Thursday, February 18, 2010

The Hurt Locker: No Place for Heroes

Kathryn Bigelow’s The Hurt Locker is a well crafted film, with a tight, engrossing script by Mark Boal. It is visually appealing if that term can be used to describe Baghdad’s urban battleground. It tells the story of a US army bomb disposal team in Iraq in 2004.

The direction is virtually flawless with hardly a wasted shot during its 131 minutes. She maintains suspense during several long sequences, in part by using the leader’s rogue behaviour that puts himself and his team in regular jeopardy. The actors are deftly handled with authority and precision. Jeremy Renner gives a disturbing portrayal of Sergeant First Class William James, leader of an Explosive Ordnance Disposal (EOD) unit. His strong performance more than earns his 2010 Oscar nomination for Best Performance by an Actor in a Leading Role.

Despite having a wife and child back home, the protagonist/antagonist is a loner who only opens up through hard liquor and macho camaraderie. Keeping faith with the military cliché/pun, he is a loose cannon who takes clearly unacceptable risks with his own life and his comrades. His team members Sergeant J.T. Sanborn (Anthony Mackie) and Specialist Owen Eldridge (Brian Geraghty) do not share his fatalism, bravado and apparent death wish. James’ personal struggle is not with the improvised explosive devices (IEDs) but with the human side - the innocent victims, the collateral damage of the insurgents’ bombing campaign.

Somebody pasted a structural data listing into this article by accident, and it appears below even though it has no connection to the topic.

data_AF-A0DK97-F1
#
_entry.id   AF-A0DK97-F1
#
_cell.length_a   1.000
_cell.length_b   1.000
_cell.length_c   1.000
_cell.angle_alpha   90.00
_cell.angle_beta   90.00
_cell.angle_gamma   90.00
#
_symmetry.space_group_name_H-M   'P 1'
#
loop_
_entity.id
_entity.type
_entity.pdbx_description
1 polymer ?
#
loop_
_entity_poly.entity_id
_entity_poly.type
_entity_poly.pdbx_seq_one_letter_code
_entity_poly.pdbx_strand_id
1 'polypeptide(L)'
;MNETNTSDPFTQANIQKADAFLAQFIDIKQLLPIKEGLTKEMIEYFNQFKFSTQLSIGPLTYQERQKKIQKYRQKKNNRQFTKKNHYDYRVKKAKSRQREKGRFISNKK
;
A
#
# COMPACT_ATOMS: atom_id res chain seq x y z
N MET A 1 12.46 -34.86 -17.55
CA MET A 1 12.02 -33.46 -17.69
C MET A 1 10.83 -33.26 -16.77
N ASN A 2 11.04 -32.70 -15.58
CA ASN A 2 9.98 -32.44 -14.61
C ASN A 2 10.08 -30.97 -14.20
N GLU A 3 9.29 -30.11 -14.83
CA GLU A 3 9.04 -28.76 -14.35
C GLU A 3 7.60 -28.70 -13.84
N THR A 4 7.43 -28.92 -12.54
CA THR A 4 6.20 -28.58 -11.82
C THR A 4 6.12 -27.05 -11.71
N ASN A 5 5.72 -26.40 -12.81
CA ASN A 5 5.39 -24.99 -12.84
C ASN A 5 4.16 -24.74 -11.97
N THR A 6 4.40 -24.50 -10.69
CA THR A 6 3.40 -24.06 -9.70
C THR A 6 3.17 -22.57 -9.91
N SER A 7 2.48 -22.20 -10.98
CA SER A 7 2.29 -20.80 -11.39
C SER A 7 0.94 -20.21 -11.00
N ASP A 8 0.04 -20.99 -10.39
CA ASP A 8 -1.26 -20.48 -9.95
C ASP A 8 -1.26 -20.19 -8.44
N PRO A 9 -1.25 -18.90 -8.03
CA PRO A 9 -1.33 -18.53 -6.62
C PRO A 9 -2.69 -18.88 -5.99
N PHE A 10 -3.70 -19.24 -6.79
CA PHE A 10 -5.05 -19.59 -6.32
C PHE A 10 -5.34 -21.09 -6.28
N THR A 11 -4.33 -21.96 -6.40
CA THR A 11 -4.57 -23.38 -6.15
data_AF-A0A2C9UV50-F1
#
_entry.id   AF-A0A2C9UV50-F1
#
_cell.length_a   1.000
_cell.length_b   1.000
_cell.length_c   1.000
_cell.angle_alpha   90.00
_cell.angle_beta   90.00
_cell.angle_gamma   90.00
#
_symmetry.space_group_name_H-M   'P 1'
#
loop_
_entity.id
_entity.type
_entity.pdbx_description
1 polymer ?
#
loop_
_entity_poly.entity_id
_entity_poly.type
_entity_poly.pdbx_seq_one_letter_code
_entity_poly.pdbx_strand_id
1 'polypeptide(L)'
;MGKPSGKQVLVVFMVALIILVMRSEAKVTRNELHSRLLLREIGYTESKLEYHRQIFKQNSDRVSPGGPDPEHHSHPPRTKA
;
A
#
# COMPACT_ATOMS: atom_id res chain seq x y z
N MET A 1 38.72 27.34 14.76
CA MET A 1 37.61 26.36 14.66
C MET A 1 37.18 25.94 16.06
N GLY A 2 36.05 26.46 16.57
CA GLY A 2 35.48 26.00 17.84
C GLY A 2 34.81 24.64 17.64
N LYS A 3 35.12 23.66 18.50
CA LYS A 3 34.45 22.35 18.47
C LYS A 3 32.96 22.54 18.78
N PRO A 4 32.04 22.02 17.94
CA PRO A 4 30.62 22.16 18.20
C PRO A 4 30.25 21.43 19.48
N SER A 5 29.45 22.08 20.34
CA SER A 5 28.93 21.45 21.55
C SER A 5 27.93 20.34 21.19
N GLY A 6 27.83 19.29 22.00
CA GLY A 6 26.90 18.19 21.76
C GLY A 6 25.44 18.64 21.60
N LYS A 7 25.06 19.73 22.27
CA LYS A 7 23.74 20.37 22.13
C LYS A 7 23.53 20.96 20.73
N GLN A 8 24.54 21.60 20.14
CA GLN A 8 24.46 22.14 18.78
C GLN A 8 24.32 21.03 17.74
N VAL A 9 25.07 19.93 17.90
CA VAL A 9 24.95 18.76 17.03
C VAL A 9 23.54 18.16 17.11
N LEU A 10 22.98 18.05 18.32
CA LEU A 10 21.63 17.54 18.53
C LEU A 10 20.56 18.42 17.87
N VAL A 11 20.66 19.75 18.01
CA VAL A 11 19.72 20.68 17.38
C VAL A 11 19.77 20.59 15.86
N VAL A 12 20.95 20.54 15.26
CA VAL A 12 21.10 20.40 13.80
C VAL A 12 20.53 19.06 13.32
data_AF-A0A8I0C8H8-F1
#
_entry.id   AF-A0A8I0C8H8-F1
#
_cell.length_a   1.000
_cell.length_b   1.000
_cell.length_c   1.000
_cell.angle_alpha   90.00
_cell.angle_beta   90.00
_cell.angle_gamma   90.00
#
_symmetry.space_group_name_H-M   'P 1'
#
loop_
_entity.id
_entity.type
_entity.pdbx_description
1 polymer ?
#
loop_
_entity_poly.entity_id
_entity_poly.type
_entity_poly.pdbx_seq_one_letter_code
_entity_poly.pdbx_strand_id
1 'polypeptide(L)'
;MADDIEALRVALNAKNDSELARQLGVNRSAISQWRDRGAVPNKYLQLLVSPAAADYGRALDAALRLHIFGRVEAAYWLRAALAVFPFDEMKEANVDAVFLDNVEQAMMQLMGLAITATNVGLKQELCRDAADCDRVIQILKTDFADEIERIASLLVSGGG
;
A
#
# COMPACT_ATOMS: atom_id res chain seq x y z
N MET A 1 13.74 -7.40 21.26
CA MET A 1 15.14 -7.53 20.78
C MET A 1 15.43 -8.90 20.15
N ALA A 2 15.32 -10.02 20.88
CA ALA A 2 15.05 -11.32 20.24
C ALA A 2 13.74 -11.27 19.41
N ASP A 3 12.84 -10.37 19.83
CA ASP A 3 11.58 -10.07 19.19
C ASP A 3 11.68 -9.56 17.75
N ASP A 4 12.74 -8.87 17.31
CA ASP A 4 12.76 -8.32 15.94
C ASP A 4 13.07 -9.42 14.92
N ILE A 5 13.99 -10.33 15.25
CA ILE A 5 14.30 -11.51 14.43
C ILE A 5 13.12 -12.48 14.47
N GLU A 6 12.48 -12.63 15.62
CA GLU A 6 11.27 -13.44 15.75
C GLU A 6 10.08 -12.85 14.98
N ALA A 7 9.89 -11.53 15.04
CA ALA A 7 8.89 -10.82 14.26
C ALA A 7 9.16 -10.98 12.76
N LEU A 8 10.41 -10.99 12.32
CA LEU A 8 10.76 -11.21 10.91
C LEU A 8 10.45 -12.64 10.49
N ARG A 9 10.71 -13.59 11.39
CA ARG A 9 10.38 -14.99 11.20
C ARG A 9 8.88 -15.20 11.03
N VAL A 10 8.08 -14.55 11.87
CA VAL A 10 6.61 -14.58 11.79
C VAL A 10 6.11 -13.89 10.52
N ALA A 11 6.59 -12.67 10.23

It’s hard not to have problems with subject matter that is not only very confronting but whose multiple layers will appeal to diverse audiences. The horror and inhumanity of war may well be lost on those looking for an action adventure. You have to wonder whether this is an intentional marketing tool. The official website talks about “the military’s unrecognised heroes”.

Nevertheless, it tells an important story of our times, without too much moralising or in-your-face propaganda. It shares this with Ridley Scott’s 2001Black Hawk Down that is a poorer but very popular cousin in this war/action/drama genre. It may be the result of James’ space age protective body suit and Sanborn’s race, but the individuals are easier to identify than in Scott’s thriller.

They are also easier to identify with, as there is much greater character development. The strong cast includes memorable cameos: Guy Pearce, yet another Australian actor playing a US soldier; David Morse as a gung-ho Colonel who would fit comfortably into Apocalypse Now; Ralph Fiennes as a British bounty hunter; and Christopher Sayegh as the Iraqi boy Beckham.

There is probably too much predictability in the plot but then it is catering for a mass audience.

The Hurt Locker is one of the best American war movies since Stanley Kubrick’s Full Metal Jacket. It deserves its 9 Oscar nominations.

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